I Am Not OK
October 13, 2016
I am not OK. I may present with a fashionable suit and a smile, but that is my cover. There are times when I feel like I am barely keeping it together. Recently I had the opportunity to visit the New York City AIDS Memorial that is under construction in The Village. As I walked up to the beautiful structure, I was overcome with sadness and grief. The memorial is built across the street from the old site for St. Vincent's Hospital. This hospital was the epicenter of HIV care in NYC in the '80s and '90s. I spent too many nights saying goodbye to friends. Too many hours trying to explain the unexplainable. Too much pain as I tried to be strong for others while my heart was breaking.
In those days, I would call Judy Peabody every Monday and we would go over our list of who was in the hospital, who was sent home and whose memorials were that week. It sounds insane, but we weren't the only ones with this system. All across the country friends were calling each other to figure out who would plan the memorial, call the parents, close the apartment, take the pet, bring food to his boyfriend. We knew that we had to be strong because our job was to bring hope. Not the hope that someone would survive, most folks were aware that their time was limited, but the hope that they would be remembered. Helping people to know that their life mattered and that the pain would soon be over. Judy and I spoke on a regular basis for almost 10 years, then as Combination Therapy was made available, the calls got fewer and farther between until one day they stopped.
This should have been a joyous time, but to be honest, at the beginning, I approached protease inhibitors with caution. All too many times we were told this was the answer only to find out that it didn't work. I learned to moderate my expectations because I needed to protect my heart. All the years of fighting an epidemic had put up walls that were unwilling to come down. I don't want to talk about the pain because it feels too big, too overwhelming.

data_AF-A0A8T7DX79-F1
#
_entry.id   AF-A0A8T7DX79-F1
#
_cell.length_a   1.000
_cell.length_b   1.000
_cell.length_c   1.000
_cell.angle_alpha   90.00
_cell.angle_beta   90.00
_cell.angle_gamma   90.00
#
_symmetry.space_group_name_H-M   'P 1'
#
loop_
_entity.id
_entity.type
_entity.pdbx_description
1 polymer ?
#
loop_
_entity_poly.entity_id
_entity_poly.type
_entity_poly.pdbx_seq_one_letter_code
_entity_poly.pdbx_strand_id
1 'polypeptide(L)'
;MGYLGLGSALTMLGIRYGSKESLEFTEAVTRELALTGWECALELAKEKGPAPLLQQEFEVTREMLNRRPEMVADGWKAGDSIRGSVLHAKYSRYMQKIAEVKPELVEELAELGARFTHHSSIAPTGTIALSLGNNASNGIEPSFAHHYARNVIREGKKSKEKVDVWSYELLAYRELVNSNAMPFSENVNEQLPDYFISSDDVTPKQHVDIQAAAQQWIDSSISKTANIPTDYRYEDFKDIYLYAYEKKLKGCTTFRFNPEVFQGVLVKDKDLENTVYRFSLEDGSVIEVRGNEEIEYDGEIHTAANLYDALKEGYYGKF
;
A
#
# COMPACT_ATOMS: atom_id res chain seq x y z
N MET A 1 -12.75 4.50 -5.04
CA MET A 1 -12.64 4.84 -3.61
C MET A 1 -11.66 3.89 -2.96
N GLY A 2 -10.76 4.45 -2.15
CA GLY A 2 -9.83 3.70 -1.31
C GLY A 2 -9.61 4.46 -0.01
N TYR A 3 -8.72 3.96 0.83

Instead, I go to the New York City AIDS Memorial and break down in a public park. There is no crying in public parks. There is no crying in public. We have to talk about what happened. My silence feels almost like my guilt. My guilt is that I survived.
This is my truth, it may or may not have anything to do with you. All I know is that there is a generation of us in pain. Our silence creates a stigma about telling the truth and the lie is responsible for more pain and suffering. I've had too many friends try to dull the pain away. Given our life experiences, it is reasonable to be in pain, it is OK to not be OK.
I'm on the board of the New York City AIDS Memorial, I want to thank the board members for creating this beautiful park as a place to remember. Another amazing memorial is the National AIDS Memorial Grove. It's located in San Francisco in Golden Gate Park. This year is the 25th Anniversary of the grove's creation. Please consider attending their annual Light Up the Grove. I am one of this year's honorees, but the truth is that I want to honor them for creating a garden in the middle of a park that is a living tribute to all the lives touched by AIDS. I'm not OK, but I am hopeful that will change.
Paul Kawata is executive director of NMAC.
This article was provided by National Minority AIDS Council. Visit NMAC's website to find out more about their activities, publications and services.
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